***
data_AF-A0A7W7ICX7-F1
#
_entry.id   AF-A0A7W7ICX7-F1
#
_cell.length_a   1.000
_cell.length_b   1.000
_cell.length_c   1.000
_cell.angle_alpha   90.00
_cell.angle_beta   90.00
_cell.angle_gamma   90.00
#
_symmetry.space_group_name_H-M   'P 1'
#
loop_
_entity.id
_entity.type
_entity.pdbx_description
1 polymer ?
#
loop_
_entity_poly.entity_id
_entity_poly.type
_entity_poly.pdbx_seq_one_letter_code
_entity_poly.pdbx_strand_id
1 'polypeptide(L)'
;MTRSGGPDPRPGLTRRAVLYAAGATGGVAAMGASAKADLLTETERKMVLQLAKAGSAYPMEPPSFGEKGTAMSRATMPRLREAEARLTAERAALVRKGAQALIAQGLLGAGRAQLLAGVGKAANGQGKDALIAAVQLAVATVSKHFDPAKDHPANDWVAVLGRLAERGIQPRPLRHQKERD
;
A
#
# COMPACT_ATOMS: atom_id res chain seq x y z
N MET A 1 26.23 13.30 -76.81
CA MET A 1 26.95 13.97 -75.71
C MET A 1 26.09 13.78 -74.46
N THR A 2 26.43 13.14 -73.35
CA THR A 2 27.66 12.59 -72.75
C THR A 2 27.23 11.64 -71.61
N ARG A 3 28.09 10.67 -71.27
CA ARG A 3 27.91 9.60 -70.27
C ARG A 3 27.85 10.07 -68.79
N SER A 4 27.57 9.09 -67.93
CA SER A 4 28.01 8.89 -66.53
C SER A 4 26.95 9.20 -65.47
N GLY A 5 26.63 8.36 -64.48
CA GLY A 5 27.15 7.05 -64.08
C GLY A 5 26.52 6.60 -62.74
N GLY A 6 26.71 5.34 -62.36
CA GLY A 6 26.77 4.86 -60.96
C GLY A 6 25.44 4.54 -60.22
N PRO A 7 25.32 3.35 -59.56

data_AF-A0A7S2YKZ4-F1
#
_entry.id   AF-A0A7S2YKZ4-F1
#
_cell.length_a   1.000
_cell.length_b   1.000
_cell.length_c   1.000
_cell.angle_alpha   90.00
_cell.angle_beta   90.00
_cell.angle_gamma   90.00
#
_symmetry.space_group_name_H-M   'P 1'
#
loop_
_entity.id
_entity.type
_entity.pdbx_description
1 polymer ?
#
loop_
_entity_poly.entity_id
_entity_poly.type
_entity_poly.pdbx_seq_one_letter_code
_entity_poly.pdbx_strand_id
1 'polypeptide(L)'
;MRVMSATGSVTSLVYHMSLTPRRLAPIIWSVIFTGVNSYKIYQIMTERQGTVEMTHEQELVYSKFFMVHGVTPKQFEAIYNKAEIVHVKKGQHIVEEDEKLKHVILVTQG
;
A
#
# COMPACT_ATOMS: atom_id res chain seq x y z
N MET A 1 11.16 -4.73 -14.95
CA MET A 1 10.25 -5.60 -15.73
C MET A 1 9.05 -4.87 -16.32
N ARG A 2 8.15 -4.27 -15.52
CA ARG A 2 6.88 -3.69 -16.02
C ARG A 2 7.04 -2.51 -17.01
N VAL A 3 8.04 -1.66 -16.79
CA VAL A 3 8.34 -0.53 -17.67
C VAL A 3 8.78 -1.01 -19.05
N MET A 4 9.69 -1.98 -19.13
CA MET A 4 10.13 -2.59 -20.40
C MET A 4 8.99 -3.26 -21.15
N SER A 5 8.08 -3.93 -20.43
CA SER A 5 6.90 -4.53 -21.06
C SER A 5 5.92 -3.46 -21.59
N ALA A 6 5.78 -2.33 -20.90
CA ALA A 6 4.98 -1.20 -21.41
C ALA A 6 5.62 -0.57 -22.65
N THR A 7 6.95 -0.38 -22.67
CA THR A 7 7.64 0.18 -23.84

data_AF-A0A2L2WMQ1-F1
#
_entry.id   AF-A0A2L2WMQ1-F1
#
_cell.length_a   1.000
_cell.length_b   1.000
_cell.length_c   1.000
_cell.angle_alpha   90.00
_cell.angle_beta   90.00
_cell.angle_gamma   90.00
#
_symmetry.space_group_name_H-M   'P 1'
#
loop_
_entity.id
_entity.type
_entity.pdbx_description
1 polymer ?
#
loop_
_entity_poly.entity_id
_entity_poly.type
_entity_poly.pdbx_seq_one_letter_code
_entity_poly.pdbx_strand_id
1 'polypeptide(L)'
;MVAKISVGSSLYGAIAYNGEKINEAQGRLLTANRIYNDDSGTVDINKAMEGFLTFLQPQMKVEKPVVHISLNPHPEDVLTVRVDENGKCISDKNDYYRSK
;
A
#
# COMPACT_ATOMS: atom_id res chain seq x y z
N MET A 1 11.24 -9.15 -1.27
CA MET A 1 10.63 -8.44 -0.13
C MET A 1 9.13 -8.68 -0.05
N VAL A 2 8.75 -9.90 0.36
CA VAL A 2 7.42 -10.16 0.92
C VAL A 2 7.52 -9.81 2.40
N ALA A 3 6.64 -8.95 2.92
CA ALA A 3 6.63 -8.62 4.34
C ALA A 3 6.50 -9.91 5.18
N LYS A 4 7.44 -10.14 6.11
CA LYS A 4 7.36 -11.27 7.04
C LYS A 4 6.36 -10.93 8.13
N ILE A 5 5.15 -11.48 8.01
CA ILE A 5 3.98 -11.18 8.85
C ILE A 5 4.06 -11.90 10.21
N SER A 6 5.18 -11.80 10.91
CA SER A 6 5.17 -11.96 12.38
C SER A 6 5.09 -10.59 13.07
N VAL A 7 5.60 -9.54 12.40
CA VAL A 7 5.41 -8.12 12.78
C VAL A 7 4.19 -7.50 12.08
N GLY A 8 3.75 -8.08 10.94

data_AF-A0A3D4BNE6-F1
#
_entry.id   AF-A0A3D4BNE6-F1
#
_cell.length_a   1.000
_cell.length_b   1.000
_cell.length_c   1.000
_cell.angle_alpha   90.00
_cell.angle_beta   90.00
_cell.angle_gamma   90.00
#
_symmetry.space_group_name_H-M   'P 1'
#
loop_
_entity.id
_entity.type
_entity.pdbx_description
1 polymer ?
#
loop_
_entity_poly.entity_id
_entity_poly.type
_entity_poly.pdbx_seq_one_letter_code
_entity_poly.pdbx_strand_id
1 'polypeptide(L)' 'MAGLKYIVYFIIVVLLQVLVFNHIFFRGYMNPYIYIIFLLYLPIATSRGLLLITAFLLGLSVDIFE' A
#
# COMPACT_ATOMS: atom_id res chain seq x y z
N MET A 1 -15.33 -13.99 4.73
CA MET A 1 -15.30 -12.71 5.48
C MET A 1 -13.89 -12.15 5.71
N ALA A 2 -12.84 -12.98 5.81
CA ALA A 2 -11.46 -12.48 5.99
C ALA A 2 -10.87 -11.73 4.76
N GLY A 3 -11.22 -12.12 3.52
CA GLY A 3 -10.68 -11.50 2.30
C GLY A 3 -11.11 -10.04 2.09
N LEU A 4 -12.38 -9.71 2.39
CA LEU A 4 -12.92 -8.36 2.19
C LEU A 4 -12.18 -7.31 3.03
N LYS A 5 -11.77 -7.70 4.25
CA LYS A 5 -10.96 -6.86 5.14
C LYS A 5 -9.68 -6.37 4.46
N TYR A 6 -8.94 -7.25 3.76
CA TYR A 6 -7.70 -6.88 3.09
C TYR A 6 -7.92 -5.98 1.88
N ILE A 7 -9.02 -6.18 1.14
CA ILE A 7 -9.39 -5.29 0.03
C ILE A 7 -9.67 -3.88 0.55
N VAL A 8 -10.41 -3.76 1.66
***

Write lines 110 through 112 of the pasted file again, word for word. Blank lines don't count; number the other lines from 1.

#
_symmetry.space_group_name_H-M   'P 1'
#